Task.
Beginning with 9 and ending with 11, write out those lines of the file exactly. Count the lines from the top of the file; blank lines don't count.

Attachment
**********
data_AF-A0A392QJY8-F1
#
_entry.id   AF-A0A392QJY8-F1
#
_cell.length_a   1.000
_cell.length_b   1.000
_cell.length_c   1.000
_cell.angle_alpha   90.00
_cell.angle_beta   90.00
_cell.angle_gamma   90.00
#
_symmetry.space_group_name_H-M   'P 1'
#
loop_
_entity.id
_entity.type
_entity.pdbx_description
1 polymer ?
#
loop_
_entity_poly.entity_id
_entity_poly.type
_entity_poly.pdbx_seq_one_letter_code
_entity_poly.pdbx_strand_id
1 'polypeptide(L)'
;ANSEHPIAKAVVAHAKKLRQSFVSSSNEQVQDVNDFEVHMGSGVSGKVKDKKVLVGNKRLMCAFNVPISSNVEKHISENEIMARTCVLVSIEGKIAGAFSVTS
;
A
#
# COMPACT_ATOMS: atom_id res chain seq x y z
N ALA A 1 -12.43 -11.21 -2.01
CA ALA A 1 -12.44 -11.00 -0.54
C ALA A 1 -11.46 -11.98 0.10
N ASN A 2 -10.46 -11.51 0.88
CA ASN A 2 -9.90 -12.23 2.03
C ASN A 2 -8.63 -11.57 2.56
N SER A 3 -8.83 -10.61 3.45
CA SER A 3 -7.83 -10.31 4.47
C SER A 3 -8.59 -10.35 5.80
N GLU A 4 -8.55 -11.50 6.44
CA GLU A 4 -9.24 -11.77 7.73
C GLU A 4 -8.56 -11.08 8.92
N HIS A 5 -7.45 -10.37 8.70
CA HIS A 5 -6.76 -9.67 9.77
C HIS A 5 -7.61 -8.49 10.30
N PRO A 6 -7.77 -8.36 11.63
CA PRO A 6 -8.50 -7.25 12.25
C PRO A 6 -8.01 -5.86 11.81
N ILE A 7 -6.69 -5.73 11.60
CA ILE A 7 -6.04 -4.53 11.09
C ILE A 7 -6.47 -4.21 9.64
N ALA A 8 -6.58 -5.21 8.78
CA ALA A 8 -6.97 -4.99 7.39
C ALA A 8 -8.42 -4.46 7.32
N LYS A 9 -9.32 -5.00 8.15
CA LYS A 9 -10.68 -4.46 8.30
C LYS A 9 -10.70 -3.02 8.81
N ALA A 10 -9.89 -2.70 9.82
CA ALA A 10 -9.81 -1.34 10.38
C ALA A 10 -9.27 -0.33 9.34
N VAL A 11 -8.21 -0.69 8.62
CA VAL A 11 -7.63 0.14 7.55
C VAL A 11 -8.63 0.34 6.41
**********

_cell.angle_beta   90.00
_cell.angle_gamma   90.00
#